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Louis Latasa Named Director of Campus Police, Jan. 19, 2000

SOCORRO, N.M., Jan. 19, 2000 -- With his extensive background in university law enforcement at New Mexico Tech, Magdalena native Louis "Louie" Latasa seemed the natural choice to be put in charge of the university's campus police department, once longtime director Tom Zimmerman retired from the post last year.

And, naturally, he was.

In his 15-year law enforcement career with Tech Campus Police, Latasa has moved up the ranks of the university police force, and, now, as director, essentially serves as New Mexico Tech's "campus police chief."

Before joining up with Tech's campus police department, Latasa was the chief of police for the Village of Magdalena for five years, and prior to that, he served a two-year stint as Magdalena's municipal judge.

"However, I wouldn't trade my experiences in campus law enforcement for any other aspect--positive as they were--of the other positions I've held in regular law enforcement fields," Latasa says.

"I enjoyed working in the other positions I've held, but it's sure tough being a cop in your own hometown. . . . Without really putting down anyone I've ever had the pleasure of working with before, I'd have to say that I now work with a more intellectual group than I ever have before," he maintains.

"I just wouldn't trade my job here at Tech for anything else," Latasa says, "and that's mostly because of the caliber of people I serve, protect, and work with."

As director of Tech campus police, Latasa supervises a department which includes nine certified police officers, two security officers, four dispatchers, and four student employees.

In addition to patrolling New Mexico Tech's main campus, Latasa and his officers are responsible for providing security for the Tech Research Park and the immense area that encompasses the university's Energetic Materials Research and Testing Center (EMRTC) field sites and testing ranges, which adds another 35-square miles to their daily "beats."

"My troops are an excellent bunch," Latasa relates. "Without them, I couldn't even begin to do my job. . . . I have only the highest respect for my people."

Latasa says he gives the sergeants who serve under him a tremendous amount of leeway when it comes to overseeing all of his patrolmen's duties and assignments.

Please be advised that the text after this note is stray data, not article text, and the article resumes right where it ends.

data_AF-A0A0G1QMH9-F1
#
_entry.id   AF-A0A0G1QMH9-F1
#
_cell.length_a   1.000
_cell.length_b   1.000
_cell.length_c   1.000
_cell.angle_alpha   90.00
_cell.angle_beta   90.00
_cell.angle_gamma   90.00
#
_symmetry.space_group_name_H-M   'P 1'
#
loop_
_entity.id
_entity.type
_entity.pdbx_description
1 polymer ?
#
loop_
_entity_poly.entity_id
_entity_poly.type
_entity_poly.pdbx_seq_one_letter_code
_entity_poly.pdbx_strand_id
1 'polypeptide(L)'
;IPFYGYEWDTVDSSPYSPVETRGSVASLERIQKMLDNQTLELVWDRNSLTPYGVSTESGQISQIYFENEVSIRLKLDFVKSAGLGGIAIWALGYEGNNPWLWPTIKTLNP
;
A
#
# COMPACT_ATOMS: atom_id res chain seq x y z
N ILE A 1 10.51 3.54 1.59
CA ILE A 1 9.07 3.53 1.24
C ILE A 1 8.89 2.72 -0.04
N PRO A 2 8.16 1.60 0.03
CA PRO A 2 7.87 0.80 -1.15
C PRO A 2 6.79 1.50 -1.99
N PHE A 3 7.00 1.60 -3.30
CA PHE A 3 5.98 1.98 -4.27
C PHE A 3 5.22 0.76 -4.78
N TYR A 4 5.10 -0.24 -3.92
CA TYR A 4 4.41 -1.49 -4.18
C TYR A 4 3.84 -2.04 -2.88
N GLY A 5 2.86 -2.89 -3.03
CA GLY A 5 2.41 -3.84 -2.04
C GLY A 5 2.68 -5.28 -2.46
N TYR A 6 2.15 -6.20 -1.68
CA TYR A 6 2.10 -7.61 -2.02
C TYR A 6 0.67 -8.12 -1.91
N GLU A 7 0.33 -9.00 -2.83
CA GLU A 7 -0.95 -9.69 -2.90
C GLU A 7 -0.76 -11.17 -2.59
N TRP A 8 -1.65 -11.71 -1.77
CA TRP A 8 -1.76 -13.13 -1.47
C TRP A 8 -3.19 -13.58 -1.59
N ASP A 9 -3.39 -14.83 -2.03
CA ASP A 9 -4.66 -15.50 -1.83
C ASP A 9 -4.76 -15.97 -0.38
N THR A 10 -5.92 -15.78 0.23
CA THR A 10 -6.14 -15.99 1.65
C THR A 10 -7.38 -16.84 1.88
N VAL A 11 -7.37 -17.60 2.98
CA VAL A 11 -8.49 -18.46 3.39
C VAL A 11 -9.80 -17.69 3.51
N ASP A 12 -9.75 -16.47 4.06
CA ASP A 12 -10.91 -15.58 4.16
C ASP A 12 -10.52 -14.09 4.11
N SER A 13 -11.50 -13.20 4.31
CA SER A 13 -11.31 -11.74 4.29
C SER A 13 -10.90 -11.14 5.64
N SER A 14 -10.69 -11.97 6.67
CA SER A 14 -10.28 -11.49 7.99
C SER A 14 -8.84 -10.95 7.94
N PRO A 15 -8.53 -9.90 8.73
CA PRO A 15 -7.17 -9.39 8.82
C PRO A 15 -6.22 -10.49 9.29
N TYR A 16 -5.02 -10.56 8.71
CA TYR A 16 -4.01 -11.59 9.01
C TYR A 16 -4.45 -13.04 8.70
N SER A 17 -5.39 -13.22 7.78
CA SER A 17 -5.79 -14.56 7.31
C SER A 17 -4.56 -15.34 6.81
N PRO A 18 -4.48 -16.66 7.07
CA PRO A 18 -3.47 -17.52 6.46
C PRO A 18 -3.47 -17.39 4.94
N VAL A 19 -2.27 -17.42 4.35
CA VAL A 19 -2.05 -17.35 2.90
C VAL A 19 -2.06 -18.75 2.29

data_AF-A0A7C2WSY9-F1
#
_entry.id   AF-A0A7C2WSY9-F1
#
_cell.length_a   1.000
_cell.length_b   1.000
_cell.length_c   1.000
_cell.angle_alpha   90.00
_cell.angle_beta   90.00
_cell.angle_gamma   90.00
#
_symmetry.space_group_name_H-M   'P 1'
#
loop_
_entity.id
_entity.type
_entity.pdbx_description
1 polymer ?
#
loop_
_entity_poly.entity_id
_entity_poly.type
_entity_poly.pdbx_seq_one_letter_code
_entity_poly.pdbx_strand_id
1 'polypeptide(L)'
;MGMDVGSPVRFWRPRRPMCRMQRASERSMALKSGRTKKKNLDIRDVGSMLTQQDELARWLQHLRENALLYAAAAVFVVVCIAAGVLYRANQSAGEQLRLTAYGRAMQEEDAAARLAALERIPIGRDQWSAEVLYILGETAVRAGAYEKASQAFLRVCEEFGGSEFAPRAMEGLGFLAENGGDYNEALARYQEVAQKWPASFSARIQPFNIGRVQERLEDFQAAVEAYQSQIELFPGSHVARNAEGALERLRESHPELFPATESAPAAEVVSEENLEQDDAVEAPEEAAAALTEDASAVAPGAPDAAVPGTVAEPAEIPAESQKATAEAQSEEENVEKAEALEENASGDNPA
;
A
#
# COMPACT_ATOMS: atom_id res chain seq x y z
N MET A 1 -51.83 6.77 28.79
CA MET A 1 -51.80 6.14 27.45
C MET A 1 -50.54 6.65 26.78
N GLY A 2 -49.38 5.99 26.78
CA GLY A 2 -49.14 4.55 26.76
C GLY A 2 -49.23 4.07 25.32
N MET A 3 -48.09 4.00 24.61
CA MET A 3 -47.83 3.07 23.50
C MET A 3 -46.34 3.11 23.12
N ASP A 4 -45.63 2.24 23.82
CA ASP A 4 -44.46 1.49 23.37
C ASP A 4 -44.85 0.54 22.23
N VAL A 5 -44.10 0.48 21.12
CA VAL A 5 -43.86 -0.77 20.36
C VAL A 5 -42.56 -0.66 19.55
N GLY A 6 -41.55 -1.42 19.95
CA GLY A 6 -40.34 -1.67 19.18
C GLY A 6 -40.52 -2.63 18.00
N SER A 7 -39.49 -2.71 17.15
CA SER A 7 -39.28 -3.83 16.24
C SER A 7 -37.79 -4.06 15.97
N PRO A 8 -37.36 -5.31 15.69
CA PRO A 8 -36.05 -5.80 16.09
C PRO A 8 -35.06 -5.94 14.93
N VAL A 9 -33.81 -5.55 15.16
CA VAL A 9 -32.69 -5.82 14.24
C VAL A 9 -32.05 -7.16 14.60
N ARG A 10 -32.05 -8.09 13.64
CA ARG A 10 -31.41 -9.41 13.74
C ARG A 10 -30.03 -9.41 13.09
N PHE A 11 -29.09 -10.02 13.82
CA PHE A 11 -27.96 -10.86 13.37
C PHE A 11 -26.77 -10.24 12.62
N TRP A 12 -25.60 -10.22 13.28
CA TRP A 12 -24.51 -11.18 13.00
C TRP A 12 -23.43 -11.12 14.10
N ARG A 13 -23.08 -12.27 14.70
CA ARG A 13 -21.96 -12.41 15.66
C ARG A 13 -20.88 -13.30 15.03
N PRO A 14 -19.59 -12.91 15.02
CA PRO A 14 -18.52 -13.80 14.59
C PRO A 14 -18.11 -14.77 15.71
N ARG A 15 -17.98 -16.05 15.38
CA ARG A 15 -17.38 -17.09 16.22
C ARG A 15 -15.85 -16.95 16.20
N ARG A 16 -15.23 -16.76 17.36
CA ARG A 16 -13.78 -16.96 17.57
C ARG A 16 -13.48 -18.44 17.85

"I pretty much let the sergeants run their own affairs when it comes to managing the officers," he says, "since they're the ones who are most familiar with what has to be done on a regular basis during their shifts. . . . If anything, I hope that I'm providing most of my leadership by example."

One of Latasa's immediate priorities is to add a few female officers to the all-male ranks of officers who work under his supervision.

"Since New Mexico Tech is a co-ed school, I'd like to have at least one female officer on our staff who would be available to respond to the specific needs that our women students might
have," he explains.

In addition, Latasa says he plans on soon implementing campus-wide bicycle patrols, with officers patrolling the Tech campus on mountain bikes equipped with emergency lights and police radios.

"In today's society, you have to be very visible," Latasa says. "And, with bike patrols, my officers will be out around campus talking with students and faculty on an everyday basis."

Latasa also points out that, once a new Student Union Building is built at the university, Tech administrators have deemed the campus police department will have a sub-station in the new facility, which also will work toward making police officers more readily available to the campus community.

"I've got to extend thanks to the Tech administration for all the support they've given to campus police," Latasa adds. "Without their backing, we wouldn't be able to perform all our duties."

Latasa, who is also a certified firearms instructor, is an advocate of continuing education and, as such, continually encourages his officers and dispatchers to pursue advanced training seminars and classes at the State Police Academy or at its satellite training sites.

"I plan on sending five or six of my people to Instructor Development School," Latasa reveals, "so that each officer will be specialized in a certain field--such as crime scene investigation or accident reconstruction--enough so that we can do our own in-house training . . . and end up saving a lot of money in the long run."

Latasa admits he enjoys "being out in the field" as part of his workday more so than "being in the office."

"I like being out around campus talking with all the different people, getting a feel for what their needs are and how our department can help them," Latasa explains.

"We're not just about patrolling," he adds. "We're here for students, faculty, and staff and are always available for whatever they might need us for--whether it be a ride downtown or an emergency trip to the hospital or doctor's office.

"In law enforcement, you've got to always be on a one-to-one basis with the people you serve," Latasa asserts. "That's something that the previous campus police director, Tom Zimmerman, always stressed to his officers, and it's something I'll always stress to those who work under me."

Latasa adds that he always will be indebted to his predecessor for having instilled confidence in him and for having helped him out throughout the years.

"If Tom hadn't said 'Yes,' to hiring me all those years ago, I wouldn't be in the position I'm in now," Latasa notes.

When he's not serving as director of Tech campus police, Latasa says he spends most of his time with his children and grandchildren.

He also says he enjoys singing in his church choir and working around his yard when he's back home in Magdalena.

 


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